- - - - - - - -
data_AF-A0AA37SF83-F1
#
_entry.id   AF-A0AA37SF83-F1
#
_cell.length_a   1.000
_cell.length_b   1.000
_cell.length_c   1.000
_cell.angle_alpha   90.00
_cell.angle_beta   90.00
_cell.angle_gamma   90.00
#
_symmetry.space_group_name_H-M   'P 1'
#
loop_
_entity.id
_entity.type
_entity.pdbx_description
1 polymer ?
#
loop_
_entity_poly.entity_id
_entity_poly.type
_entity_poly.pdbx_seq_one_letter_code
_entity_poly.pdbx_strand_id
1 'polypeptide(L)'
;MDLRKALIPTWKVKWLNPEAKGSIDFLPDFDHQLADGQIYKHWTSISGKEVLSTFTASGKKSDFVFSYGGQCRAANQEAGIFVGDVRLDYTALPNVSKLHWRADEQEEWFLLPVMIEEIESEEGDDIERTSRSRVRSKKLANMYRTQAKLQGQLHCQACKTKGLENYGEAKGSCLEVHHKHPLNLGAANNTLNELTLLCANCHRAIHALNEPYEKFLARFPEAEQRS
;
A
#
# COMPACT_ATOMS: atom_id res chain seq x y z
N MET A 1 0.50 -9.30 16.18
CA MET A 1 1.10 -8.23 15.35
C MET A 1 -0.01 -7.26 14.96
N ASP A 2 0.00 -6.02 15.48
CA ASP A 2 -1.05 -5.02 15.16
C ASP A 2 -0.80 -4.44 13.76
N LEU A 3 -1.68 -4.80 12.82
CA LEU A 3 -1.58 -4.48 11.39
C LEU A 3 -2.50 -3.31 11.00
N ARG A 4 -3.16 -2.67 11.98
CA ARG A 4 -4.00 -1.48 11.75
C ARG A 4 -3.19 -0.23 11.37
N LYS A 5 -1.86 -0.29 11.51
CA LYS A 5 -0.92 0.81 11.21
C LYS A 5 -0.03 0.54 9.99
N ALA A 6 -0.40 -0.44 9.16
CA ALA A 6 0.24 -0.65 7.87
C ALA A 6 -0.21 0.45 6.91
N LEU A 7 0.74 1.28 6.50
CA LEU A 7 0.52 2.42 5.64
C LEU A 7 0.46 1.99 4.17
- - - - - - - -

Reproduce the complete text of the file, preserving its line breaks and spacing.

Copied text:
data_AF-A0AA37SF83-F1
#
_entry.id   AF-A0AA37SF83-F1
#
_cell.length_a   1.000
_cell.length_b   1.000
_cell.length_c   1.000
_cell.angle_alpha   90.00
_cell.angle_beta   90.00
_cell.angle_gamma   90.00
#
_symmetry.space_group_name_H-M   'P 1'
#
loop_
_entity.id
_entity.type
_entity.pdbx_description
1 polymer ?
#
loop_
_entity_poly.entity_id
_entity_poly.type
_entity_poly.pdbx_seq_one_letter_code
_entity_poly.pdbx_strand_id
1 'polypeptide(L)'
;MDLRKALIPTWKVKWLNPEAKGSIDFLPDFDHQLADGQIYKHWTSISGKEVLSTFTASGKKSDFVFSYGGQCRAANQEAGIFVGDVRLDYTALPNVSKLHWRADEQEEWFLLPVMIEEIESEEGDDIERTSRSRVRSKKLANMYRTQAKLQGQLHCQACKTKGLENYGEAKGSCLEVHHKHPLNLGAANNTLNELTLLCANCHRAIHALNEPYEKFLARFPEAEQRS
;
A
#
# COMPACT_ATOMS: atom_id res chain seq x y z
N MET A 1 0.50 -9.30 16.18
CA MET A 1 1.10 -8.23 15.35
C MET A 1 -0.01 -7.26 14.96
N ASP A 2 0.00 -6.02 15.48
CA ASP A 2 -1.05 -5.02 15.16
C ASP A 2 -0.80 -4.44 13.76
N LEU A 3 -1.68 -4.80 12.82
CA LEU A 3 -1.58 -4.48 11.39
C LEU A 3 -2.50 -3.31 11.00
N ARG A 4 -3.16 -2.67 11.98
CA ARG A 4 -4.00 -1.48 11.75
C ARG A 4 -3.19 -0.23 11.37
N LYS A 5 -1.86 -0.29 11.51
CA LYS A 5 -0.92 0.81 11.21
C LYS A 5 -0.03 0.54 9.99
N ALA A 6 -0.40 -0.44 9.16
CA ALA A 6 0.24 -0.65 7.87
C ALA A 6 -0.21 0.45 6.91
N LEU A 7 0.74 1.28 6.50
CA LEU A 7 0.52 2.42 5.64
C LEU A 7 0.46 1.99 4.17